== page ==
Oliver Hazard Perry to stay in R.I. with new operating model, CEO

AFTER AN OPERATIONAL PAUSE and consideration of sale of the tall ship, the nonprofit that owns the SSV Oliver Hazard Perry says it will now remain in Rhode Island with a new operating model and a new CEO and staff. / COURTESY OLIVER HAZARD PERRY RHODE ISLAND
AFTER AN OPERATIONAL PAUSE and consideration of sale of the tall ship, the nonprofit that owns the SSV Oliver Hazard Perry says it will now remain in Rhode Island with a new operating model and a new CEO and staff. / COURTESY OLIVER HAZARD PERRY RHODE ISLAND

NEWPORT – The SSV Oliver Hazard Perry will remain in Rhode Island for year-round programming, the nonprofit Oliver Hazard Perry Rhode Island announced Monday evening.

The organization also has appointed a new CEO, changed its operating model and committed to partnerships in the state to support the financial stability and accessibility of the tall ship.

In September, the nonprofit’s board of directors announced that the ship’s operation and future plans were paused due to the organization’s uncertain financial future, and said that it was considering selling the tall ship.

Monday, it said that it had since fired all staff and crew, and wintered the ship at Goodison’s Shipyard at the Quonset Business Park.

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“We explored different options for the ship, even one of selling it to a corporation,” said OHPRI’s new Chairman Avery Seaman in a statement, “but really the best plan for Oliver Hazard Perry is for her to remain here in Rhode Island serving the people of Rhode Island and adjacent coastal communities with year-round programming.”

Captain Jonathan Kabak has been named the organization’s new CEO. Kabak was most recently the director of marine operations for the nonprofit USMMA Sailing Foundation. Kabak also serves on the board of directors of Tall Ships America and continues to serve as an adjunct curriculum director and instructor at the U.S. Maritime Resource Center in Middletown.

As part of the organization’s new strategy, the organization will pivot away from long offshore voyages and focus on a mix of multi-day, single-day and dockside programs, with underway voyages offered from late spring through mid-autumn. The organization said that the move will provide a “more diversified and stable revenue model.”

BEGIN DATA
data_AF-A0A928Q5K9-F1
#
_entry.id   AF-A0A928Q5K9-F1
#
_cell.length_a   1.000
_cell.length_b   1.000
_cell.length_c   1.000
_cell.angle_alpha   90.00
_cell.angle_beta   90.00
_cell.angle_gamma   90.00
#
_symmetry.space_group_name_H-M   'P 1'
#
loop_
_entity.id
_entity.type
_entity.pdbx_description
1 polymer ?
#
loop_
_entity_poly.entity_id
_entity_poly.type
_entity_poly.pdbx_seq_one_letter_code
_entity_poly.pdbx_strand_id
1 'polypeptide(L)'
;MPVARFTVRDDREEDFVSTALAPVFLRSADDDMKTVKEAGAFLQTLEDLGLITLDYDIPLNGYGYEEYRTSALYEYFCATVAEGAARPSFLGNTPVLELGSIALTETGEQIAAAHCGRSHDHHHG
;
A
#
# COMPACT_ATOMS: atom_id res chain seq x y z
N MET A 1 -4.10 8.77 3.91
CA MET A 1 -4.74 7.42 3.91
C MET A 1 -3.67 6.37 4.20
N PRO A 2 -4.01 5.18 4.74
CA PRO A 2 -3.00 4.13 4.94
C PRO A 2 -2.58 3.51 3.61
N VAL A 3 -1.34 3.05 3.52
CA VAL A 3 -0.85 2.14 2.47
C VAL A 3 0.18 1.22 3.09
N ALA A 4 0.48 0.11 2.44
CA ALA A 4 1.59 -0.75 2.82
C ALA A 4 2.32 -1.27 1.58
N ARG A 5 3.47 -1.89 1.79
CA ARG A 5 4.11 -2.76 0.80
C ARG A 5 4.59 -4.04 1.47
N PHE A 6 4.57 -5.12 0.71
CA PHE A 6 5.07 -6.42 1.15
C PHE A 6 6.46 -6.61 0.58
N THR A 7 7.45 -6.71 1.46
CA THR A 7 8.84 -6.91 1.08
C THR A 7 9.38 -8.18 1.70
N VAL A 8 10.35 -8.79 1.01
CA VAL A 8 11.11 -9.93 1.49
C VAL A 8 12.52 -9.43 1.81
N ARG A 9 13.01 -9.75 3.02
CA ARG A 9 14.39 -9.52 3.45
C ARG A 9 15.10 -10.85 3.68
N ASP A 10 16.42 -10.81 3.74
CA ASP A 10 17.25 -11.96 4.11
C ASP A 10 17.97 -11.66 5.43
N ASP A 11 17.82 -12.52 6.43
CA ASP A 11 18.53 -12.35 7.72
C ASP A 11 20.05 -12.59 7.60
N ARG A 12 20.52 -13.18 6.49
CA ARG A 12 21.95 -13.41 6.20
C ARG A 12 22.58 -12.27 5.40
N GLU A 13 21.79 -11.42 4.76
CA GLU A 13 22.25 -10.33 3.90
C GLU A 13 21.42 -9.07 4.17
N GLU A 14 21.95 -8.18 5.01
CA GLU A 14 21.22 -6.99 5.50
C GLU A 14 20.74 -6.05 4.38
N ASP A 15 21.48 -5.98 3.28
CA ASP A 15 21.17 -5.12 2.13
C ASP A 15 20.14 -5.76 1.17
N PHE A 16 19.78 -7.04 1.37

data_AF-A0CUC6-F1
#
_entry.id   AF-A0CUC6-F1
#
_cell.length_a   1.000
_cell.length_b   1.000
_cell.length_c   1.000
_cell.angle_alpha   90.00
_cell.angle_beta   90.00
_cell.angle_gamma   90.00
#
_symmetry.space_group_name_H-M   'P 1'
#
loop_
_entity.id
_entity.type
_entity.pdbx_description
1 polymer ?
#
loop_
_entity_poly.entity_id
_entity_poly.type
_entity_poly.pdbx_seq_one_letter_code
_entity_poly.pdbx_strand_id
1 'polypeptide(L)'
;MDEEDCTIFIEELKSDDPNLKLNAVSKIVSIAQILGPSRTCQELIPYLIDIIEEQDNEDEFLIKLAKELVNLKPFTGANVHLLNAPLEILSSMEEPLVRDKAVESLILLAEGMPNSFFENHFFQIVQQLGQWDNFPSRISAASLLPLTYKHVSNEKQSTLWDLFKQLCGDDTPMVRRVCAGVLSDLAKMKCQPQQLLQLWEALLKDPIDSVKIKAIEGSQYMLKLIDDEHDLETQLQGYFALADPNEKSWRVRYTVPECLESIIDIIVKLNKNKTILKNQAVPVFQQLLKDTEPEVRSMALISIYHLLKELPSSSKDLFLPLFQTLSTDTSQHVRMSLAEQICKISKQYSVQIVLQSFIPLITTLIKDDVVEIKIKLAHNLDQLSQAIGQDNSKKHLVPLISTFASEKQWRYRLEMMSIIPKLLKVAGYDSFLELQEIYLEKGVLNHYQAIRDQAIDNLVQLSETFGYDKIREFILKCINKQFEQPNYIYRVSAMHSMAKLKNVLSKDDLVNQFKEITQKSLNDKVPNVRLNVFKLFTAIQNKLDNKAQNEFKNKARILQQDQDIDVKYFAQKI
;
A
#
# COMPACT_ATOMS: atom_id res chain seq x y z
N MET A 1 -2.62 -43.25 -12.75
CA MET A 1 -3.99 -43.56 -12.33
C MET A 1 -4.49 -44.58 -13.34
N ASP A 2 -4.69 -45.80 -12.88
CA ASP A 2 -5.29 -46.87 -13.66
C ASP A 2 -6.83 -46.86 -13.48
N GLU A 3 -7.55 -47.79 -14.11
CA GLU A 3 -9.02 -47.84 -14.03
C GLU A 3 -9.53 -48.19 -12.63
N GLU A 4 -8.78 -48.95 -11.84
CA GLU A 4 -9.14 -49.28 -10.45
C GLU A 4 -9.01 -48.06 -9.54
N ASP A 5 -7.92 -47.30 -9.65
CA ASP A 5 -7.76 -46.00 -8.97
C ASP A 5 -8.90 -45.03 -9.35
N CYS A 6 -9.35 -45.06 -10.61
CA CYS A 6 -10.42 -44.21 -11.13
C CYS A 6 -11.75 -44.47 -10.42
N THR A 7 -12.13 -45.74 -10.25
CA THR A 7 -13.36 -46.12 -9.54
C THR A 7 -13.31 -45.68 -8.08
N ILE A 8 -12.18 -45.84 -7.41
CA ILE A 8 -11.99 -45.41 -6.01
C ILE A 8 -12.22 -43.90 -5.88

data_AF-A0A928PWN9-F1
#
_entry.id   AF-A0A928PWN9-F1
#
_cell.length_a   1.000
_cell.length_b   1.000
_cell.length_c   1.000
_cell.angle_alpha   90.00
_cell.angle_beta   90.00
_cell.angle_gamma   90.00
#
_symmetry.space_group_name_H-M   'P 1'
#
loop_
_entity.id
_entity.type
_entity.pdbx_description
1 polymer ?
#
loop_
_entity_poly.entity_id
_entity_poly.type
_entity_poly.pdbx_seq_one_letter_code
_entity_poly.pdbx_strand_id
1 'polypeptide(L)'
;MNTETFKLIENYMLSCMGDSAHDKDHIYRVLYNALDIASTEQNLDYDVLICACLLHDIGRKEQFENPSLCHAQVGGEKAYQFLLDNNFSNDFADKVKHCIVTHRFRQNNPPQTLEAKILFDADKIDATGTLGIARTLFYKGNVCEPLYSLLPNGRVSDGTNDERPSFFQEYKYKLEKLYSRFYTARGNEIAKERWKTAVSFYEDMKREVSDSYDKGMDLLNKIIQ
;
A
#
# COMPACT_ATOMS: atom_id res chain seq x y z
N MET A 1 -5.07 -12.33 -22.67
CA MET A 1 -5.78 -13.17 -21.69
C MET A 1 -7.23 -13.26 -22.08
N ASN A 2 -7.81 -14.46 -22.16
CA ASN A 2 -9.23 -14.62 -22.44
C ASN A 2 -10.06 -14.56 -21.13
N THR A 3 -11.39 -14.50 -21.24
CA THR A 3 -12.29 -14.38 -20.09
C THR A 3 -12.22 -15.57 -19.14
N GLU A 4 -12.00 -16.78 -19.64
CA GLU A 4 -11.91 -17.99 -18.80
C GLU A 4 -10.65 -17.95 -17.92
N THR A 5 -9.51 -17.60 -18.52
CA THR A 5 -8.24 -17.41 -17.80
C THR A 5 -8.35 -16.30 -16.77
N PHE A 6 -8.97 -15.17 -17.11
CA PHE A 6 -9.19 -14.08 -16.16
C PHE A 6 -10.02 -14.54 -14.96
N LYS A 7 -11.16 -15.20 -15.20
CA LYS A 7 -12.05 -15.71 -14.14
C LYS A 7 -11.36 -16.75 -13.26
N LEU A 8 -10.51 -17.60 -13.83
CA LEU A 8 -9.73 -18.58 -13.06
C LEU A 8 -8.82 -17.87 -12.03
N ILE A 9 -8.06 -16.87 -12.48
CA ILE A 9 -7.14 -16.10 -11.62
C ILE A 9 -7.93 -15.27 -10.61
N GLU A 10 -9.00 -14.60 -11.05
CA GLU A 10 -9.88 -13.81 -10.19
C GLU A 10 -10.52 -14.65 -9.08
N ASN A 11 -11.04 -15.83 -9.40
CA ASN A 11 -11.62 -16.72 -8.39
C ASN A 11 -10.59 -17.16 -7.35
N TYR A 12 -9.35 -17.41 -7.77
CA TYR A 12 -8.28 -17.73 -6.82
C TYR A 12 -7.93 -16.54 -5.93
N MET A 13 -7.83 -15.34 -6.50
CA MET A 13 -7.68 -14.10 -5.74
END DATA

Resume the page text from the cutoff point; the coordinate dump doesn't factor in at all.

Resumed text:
“Oliver Hazard Perry Rhode Island recognizes the challenges that we have faced in our effort to bring life-changing experiences at sea to youth, and we have rededicated ourselves to continuing to provide these types of experiences to broader audiences, through more diverse programming, and with a fundamental commitment to sustainable business practices that will allow us to proudly operate Rhode Island’s Official Tall Ship well into the 21st Century,” said Kabak in prepared remarks.

The nonprofit also said that it will start the Ray Montague STEAM Initiative to provide hands-on experiences related to the design, construction and operation of the ship. The organization will partner with organizations and entities it already has working relationships with to launch the initiative, with the organization noting that it will begin its first program in partnership with the Rhode Island Marine Trade Association and Composites Association while the ship is still stored on land.

The ship is scheduled to launch in April and the organization plans to begin programming in May.

The organization also said Monday that an anonymous $300,000 donor pledge helped support a $600,000 launch of the boat and to commit to programming contracts.

“These funds reflect the future revenue from our upcoming programs and allow us to cover our expenses until we receive payment,” stated Kabak.

Chris Bergenheim is the PBN web editor. Email him at Bergenheim@PBN.com